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Posted Thursday, 21 September 2017
Getting your boat ready to sell? You’ve removed all your personal stuff, tidied up, polished and varnished. It’s looking better than ever, but what else can you do to ensure the fastest, most trouble-free sale?
Firstly, price it realistically. You will not get whatever it owes you, just what someone is prepared to pay. Over-priced boats sit on the market for ages, ultimately selling for less than they would have had they been offered at a sensible price to start with.
Secondly make sure everything works. No dud bits, no jury-rigged fixes, and definitely nothing that is either obsolete or just doesn’t work any more.
Thirdly, fix anything that’s likely to affect either the likelihood of a sale or the price a buyer will offer. It’s bad news for an owner when the buyer’s surveyor finds something wrong. This gives the buyer an opportunity to walk away, or negotiate your price downwards.
The best and most transparent way to achieve the above is to have the boat inspected by a registered marine surveyor before listing. This gives everyone concerned a ‘heads up’ regarding potential problems, and puts the seller a step ahead in the sales process. Potential buyers love to see independent reports up front, for obvious reasons. If issues are identified, proof they have been attended to shows the seller is serious and honest about the condition of the boat.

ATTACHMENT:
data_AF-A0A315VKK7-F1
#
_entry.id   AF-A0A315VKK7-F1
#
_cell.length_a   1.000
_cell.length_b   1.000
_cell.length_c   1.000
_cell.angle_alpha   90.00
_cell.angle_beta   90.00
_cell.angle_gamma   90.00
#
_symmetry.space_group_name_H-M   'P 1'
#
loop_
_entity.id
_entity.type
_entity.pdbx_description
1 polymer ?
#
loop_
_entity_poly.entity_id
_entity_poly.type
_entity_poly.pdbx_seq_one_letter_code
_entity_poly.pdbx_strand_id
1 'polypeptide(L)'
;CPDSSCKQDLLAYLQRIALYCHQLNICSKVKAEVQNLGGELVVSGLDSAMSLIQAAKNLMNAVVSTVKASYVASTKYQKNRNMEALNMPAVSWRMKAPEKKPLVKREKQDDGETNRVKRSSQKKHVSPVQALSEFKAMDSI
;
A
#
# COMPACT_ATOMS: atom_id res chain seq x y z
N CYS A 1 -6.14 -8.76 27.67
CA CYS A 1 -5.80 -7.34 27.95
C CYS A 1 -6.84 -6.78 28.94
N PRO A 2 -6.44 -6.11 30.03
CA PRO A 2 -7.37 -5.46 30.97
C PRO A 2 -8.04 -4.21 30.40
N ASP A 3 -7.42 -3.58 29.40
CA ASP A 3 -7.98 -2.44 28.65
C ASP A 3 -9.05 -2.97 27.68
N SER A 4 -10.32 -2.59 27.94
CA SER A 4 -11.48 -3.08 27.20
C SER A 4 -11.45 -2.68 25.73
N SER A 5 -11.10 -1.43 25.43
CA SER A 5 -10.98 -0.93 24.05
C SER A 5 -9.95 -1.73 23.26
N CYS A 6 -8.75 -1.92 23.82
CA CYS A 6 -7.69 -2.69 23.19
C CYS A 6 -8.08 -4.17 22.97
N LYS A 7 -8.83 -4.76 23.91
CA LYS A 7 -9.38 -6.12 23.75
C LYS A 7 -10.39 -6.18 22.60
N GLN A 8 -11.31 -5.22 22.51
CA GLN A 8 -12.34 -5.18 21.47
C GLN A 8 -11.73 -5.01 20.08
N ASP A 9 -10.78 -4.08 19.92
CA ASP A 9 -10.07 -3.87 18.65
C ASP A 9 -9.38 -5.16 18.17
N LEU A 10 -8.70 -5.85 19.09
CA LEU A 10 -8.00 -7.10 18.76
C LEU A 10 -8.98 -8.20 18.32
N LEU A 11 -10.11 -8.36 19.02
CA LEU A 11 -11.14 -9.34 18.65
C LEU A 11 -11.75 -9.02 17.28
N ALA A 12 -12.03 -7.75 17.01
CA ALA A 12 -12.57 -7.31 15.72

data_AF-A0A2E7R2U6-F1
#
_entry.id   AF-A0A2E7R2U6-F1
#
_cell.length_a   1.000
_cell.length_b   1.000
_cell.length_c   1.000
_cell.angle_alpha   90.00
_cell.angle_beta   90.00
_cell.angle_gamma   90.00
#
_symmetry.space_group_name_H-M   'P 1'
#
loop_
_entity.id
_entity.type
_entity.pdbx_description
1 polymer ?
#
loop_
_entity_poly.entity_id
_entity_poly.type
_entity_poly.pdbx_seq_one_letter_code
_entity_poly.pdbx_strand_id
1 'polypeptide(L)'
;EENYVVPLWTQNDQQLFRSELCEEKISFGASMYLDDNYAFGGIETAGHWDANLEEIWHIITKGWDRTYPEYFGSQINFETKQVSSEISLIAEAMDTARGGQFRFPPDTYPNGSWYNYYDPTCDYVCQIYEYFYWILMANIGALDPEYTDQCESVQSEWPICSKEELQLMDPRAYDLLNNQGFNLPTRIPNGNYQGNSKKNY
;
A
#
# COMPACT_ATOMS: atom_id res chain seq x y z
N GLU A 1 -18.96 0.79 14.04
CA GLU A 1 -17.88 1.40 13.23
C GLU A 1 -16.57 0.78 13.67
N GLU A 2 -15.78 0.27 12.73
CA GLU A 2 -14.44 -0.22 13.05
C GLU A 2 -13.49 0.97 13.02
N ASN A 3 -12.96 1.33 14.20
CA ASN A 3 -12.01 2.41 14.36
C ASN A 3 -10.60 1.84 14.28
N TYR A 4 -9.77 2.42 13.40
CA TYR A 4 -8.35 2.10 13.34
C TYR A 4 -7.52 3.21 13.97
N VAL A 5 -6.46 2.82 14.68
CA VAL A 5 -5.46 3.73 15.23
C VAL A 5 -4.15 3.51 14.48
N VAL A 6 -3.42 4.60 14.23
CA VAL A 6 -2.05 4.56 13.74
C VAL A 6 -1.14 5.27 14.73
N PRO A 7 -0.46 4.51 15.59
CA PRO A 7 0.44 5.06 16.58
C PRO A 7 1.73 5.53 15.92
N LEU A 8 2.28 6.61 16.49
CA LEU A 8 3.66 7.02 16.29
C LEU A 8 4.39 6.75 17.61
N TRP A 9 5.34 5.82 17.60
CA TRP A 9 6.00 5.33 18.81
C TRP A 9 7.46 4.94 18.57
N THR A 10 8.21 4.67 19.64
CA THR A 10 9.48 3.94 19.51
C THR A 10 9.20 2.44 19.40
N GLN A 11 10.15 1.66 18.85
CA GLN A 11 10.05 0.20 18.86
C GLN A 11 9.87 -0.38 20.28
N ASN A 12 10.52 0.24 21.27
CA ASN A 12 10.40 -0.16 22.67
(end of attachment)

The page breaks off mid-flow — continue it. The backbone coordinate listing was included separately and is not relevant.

From the buyer’s viewpoint, the boat with a survey is a known quantity, especially if there are similar boats on the market, and especially if they are considering flying from interstate. The survey is a current, independent report on the condition of the boat. Any faults are listed and the vendor has had the chance to either correct them, or price the boat accordingly. Having a survey available also shows the boat is seriously for sale. This is not a boat that’s been listed because the broker is offering discount berths, or because the owner is hoping someone might be silly enough to pay an inflated price for it. A recent survey also shows the broker you are serious, and your boat is worthy of the considerable time they will put into listing and promoting it.
You may even have a recent insurance survey available. While these are not as thorough as a complete survey, they can still highlight the boat as being worth a look. To prevent any surprises after someone has fallen in love with your boat, you may also consider having an engine survey and a rigging survey. These are not usually part of the marine surveyor’s job because they both require specialised knowledge. A healthy rig survey can often work wonders to reassure a buyer, especially if the rigging is getting on towards that arbitrary age where an insurer might insist on new standing rigging.
Sure, the survey may reveal problems you don’t really want to know about, but you get the chance to correct them before a buyer demands repairs, negotiates the price down, or drops the deal. On the other hand, a glowing survey report goes a long way towards selling the boat on its own.
- by Petrea McCarthy